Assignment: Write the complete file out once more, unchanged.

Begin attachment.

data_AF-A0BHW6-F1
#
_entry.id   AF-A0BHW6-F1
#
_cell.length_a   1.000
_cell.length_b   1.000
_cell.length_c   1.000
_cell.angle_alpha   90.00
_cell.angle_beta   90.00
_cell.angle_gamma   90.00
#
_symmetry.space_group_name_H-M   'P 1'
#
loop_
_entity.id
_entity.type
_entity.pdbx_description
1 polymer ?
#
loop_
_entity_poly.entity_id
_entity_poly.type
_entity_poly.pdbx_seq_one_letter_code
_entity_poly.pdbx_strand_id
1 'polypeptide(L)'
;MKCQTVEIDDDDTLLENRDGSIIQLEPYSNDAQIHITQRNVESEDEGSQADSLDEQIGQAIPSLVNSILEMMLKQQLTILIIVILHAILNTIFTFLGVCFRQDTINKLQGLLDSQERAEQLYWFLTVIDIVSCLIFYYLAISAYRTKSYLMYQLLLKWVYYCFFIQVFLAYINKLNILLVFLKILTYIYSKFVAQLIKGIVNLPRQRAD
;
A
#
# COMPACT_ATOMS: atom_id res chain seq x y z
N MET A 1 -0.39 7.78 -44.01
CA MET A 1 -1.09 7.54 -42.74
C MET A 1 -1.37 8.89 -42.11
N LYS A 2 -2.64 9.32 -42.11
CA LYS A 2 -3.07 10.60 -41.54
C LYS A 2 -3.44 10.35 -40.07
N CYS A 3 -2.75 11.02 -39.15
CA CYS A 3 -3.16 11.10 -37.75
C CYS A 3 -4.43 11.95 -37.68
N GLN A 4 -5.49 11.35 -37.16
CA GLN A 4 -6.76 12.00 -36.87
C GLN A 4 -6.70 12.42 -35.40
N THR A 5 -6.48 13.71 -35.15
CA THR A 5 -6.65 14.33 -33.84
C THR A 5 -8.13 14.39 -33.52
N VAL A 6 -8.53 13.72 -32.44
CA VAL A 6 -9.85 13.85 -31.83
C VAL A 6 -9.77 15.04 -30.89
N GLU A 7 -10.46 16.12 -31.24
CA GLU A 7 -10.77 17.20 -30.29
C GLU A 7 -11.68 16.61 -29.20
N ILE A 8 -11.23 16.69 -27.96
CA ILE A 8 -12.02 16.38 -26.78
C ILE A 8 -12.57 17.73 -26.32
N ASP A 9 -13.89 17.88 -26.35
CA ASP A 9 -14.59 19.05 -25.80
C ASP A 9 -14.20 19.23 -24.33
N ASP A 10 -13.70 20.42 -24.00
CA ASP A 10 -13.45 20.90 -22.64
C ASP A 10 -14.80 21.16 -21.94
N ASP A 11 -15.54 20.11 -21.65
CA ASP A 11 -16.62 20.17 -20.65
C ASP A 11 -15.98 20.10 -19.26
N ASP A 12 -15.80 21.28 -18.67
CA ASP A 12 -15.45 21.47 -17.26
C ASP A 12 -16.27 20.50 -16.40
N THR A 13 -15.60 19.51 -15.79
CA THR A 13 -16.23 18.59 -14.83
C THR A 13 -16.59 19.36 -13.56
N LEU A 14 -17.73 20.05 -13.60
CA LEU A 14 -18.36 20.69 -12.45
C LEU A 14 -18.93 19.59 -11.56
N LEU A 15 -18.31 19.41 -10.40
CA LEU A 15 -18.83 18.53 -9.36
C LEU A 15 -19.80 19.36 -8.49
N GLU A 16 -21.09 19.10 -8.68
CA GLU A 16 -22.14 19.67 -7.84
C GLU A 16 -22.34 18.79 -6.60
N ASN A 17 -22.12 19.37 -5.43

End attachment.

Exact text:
data_AF-A0BHW6-F1
#
_entry.id   AF-A0BHW6-F1
#
_cell.length_a   1.000
_cell.length_b   1.000
_cell.length_c   1.000
_cell.angle_alpha   90.00
_cell.angle_beta   90.00
_cell.angle_gamma   90.00
#
_symmetry.space_group_name_H-M   'P 1'
#
loop_
_entity.id
_entity.type
_entity.pdbx_description
1 polymer ?
#
loop_
_entity_poly.entity_id
_entity_poly.type
_entity_poly.pdbx_seq_one_letter_code
_entity_poly.pdbx_strand_id
1 'polypeptide(L)'
;MKCQTVEIDDDDTLLENRDGSIIQLEPYSNDAQIHITQRNVESEDEGSQADSLDEQIGQAIPSLVNSILEMMLKQQLTILIIVILHAILNTIFTFLGVCFRQDTINKLQGLLDSQERAEQLYWFLTVIDIVSCLIFYYLAISAYRTKSYLMYQLLLKWVYYCFFIQVFLAYINKLNILLVFLKILTYIYSKFVAQLIKGIVNLPRQRAD
;
A
#
# COMPACT_ATOMS: atom_id res chain seq x y z
N MET A 1 -0.39 7.78 -44.01
CA MET A 1 -1.09 7.54 -42.74
C MET A 1 -1.37 8.89 -42.11
N LYS A 2 -2.64 9.32 -42.11
CA LYS A 2 -3.07 10.60 -41.54
C LYS A 2 -3.44 10.35 -40.07
N CYS A 3 -2.75 11.02 -39.15
CA CYS A 3 -3.16 11.10 -37.75
C CYS A 3 -4.43 11.95 -37.68
N GLN A 4 -5.49 11.35 -37.16
CA GLN A 4 -6.76 12.00 -36.87
C GLN A 4 -6.70 12.42 -35.40
N THR A 5 -6.48 13.71 -35.15
CA THR A 5 -6.65 14.33 -33.84
C THR A 5 -8.13 14.39 -33.52
N VAL A 6 -8.53 13.72 -32.44
CA VAL A 6 -9.85 13.85 -31.83
C VAL A 6 -9.77 15.04 -30.89
N GLU A 7 -10.46 16.12 -31.24
CA GLU A 7 -10.77 17.20 -30.29
C GLU A 7 -11.68 16.61 -29.20
N ILE A 8 -11.23 16.69 -27.96
CA ILE A 8 -12.02 16.38 -26.78
C ILE A 8 -12.57 17.73 -26.32
N ASP A 9 -13.89 17.88 -26.35
CA ASP A 9 -14.59 19.05 -25.80
C ASP A 9 -14.20 19.23 -24.33
N ASP A 10 -13.70 20.42 -24.00
CA ASP A 10 -13.45 20.90 -22.64
C ASP A 10 -14.80 21.16 -21.94
N ASP A 11 -15.54 20.11 -21.65
CA ASP A 11 -16.62 20.17 -20.65
C ASP A 11 -15.98 20.10 -19.26
N ASP A 12 -15.80 21.28 -18.67
CA ASP A 12 -15.45 21.47 -17.26
C ASP A 12 -16.27 20.50 -16.40
N THR A 13 -15.60 19.51 -15.79
CA THR A 13 -16.23 18.59 -14.83
C THR A 13 -16.59 19.36 -13.56
N LEU A 14 -17.73 20.05 -13.60
CA LEU A 14 -18.36 20.69 -12.45
C LEU A 14 -18.93 19.59 -11.56
N LEU A 15 -18.31 19.41 -10.40
CA LEU A 15 -18.83 18.53 -9.36
C LEU A 15 -19.80 19.36 -8.49
N GLU A 16 -21.09 19.10 -8.68
CA GLU A 16 -22.14 19.67 -7.84
C GLU A 16 -22.34 18.79 -6.60
N ASN A 17 -22.12 19.37 -5.43